With respect to the "community standard" required for determining whether given material is obscene, Miller v. California, 413 U.S. 15, 93 S. Ct. 2607, 37 L. Ed. 2d 419 (1973), we have previously held that state-wide standards are required for application of a state obscenity statute. See People v. Tabron, Colo., 544 P.2d 380 (1976) (Tabron II). In Tabron II, we also expressly reserved ruling on "whether a local ordinance may impose a more restrictive standard than that prescribed in the interpretation of a state statute," but noted that a "state statute should not be construed in a different manner in Denver, Littleton, Grand Junction, Colorado Springs, and Aspen." Tabron II, supra. The rationale behind this determination was that, in matters *1339 as fundamental as the exercise of free speech, to permit a balkanization of the state into a patchwork of jurisdictions imposing different standards as to what constitutes obscenity would impose an intolerable burden upon the intrastate exercise of free expression.[4] The effect is the same whether the fragmentation occurs by reason of variable construction of a state statute or variable standards imposed by municipal ordinances.

The General Assembly has also recognized the statewide importance of a uniform definition of obscenity:

"The general assembly hereby finds and declares that the definition and regulation of obscenity as to minors, the definition and regulation of live sexual performances and sadomasochistic material and sadomasochistic performances as to minors and adults, and the definition and regulation of obscenity with regard to the printed or written word and to the public display of obscene materials (pursuant to part 4 of this article) are matters of statewide concern; that, in defining and regulating these areas, only statewide standards in a state statute are workable; and that these standards should not be construed in a different manner in the various municipalities and counties of this state. To this end, it is the intent of this part 1 and part 4 of this article to impose statewide standards for the definition and regulation of obscenity as to minors, live sexual performances and sadomasochistic material and sadomasochistic performances as to minors and adults, the printed or written word, and the public display of obscene materials, which standards shall be applicable and uniform throughout the state and all its political subdivisions. It is not the intent of the general assembly in the adoption of this part 1 to preempt the power of municipalities to adopt ordinances concerning the definition and regulation of obscenity as to adults; except that such ordinances as to adults shall not be inconsistent with those prohibitions or definitions selected by a municipality as set forth in this part 1 as to minors."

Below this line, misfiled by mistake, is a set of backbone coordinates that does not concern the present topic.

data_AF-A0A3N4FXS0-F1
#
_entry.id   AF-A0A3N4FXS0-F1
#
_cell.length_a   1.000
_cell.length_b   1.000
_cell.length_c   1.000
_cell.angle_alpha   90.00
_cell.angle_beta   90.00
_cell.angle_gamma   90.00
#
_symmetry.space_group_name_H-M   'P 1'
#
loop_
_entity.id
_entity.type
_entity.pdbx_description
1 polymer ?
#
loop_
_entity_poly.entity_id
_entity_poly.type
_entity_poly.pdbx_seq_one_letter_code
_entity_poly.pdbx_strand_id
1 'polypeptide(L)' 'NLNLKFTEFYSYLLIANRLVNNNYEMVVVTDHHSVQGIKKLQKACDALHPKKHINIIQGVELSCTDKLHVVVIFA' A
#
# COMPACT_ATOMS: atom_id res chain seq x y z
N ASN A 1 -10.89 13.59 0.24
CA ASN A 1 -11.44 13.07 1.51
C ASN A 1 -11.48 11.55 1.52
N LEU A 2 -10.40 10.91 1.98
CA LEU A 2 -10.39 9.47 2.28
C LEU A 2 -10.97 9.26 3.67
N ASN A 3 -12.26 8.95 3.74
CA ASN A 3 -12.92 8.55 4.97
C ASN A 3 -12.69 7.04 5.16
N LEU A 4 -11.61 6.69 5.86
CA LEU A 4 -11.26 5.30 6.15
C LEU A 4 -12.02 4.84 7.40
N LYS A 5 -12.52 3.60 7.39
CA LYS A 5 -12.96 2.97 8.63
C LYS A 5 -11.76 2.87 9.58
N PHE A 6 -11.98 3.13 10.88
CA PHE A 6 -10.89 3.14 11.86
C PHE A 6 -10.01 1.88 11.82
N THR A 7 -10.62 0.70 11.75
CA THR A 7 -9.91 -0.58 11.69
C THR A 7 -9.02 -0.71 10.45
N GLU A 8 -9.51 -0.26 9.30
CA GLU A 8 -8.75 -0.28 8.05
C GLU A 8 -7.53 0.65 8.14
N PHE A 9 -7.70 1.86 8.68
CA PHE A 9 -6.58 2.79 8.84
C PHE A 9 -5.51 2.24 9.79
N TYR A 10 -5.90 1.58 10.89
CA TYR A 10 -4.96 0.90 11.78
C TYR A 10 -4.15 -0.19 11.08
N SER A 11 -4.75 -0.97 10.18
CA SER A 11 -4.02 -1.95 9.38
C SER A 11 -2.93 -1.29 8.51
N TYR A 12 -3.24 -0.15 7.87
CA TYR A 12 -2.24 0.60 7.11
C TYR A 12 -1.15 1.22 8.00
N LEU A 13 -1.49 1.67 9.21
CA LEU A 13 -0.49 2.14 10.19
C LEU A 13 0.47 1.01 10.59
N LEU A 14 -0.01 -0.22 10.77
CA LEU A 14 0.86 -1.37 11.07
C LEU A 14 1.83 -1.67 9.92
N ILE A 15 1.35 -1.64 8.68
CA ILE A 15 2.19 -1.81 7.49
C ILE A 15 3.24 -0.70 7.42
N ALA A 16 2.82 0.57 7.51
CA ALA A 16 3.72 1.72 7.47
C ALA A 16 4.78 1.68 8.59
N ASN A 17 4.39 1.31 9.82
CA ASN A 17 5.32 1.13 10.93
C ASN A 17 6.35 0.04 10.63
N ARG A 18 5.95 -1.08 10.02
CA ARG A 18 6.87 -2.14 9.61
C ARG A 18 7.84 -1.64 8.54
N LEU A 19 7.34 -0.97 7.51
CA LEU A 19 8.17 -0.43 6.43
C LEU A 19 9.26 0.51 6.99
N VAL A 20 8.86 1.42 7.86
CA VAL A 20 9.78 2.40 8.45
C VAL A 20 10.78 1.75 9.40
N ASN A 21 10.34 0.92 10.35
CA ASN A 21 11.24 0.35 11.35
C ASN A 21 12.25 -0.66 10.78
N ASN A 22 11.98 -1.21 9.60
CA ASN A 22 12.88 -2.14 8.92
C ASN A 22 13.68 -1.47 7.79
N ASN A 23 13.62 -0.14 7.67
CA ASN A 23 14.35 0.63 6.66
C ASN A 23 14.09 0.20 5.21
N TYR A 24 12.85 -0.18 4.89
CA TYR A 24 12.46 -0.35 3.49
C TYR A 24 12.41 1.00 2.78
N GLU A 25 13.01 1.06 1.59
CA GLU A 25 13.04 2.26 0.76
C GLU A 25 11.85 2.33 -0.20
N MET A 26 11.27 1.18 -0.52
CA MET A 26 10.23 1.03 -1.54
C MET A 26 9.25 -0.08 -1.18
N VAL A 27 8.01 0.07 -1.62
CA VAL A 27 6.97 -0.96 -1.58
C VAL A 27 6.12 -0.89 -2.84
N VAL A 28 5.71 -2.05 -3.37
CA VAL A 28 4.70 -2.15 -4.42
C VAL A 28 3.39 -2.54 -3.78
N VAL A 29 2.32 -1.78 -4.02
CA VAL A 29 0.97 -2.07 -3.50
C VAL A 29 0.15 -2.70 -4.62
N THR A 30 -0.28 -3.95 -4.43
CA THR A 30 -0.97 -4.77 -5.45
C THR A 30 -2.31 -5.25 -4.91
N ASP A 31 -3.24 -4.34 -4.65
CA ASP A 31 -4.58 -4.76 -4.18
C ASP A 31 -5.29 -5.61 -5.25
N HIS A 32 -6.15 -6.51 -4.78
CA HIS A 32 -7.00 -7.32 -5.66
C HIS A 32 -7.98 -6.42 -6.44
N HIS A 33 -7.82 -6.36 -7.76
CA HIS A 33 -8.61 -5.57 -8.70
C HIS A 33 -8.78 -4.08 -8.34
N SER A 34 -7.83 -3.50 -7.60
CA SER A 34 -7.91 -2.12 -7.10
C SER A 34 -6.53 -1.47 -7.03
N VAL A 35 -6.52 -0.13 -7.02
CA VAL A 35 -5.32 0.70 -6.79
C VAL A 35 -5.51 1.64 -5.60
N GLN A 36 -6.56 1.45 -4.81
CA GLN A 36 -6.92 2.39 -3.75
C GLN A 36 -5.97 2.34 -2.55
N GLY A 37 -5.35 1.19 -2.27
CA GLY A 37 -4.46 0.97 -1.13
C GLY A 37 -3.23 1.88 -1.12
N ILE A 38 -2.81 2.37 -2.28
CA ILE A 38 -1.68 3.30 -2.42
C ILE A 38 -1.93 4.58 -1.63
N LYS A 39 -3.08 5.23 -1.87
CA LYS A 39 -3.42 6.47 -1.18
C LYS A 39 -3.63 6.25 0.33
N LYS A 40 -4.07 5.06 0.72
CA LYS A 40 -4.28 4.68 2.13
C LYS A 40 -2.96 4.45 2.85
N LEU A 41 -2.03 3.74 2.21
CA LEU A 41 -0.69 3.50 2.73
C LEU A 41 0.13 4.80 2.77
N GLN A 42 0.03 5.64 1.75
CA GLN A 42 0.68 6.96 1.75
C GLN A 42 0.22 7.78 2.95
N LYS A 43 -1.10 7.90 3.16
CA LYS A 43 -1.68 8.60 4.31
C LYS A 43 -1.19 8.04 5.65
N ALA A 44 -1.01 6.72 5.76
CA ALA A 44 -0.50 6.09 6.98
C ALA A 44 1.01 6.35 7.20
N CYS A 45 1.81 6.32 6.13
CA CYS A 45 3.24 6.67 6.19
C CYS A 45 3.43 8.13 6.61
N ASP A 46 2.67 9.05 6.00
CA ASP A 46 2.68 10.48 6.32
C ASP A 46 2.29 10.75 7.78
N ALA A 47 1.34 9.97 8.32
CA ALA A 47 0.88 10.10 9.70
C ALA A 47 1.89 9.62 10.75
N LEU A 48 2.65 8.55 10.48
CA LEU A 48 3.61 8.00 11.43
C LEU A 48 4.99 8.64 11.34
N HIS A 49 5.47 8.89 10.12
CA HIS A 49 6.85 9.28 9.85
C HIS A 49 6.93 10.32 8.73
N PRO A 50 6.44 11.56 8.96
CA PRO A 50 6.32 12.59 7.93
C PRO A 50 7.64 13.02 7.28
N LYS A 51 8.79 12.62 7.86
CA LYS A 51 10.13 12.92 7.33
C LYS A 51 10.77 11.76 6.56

1976 Cum.Supp., section 18-7-101(1), C.R.S.1973; see also 1976 Cum.Supp., section 18-7-101(2), C.R.S.1973 (alternative regulatory measures for municipalities must be consistent with state law).

Accordingly, we find that the question of the regulation of obscenity is properly a matter of state-wide concern under Colo.Const. Article XX, Section 6.[5]See generally Comment, Colorado Municipal Government Authority to Regulate Obscene Materials, 51 D.U.L.J. 75 (1974).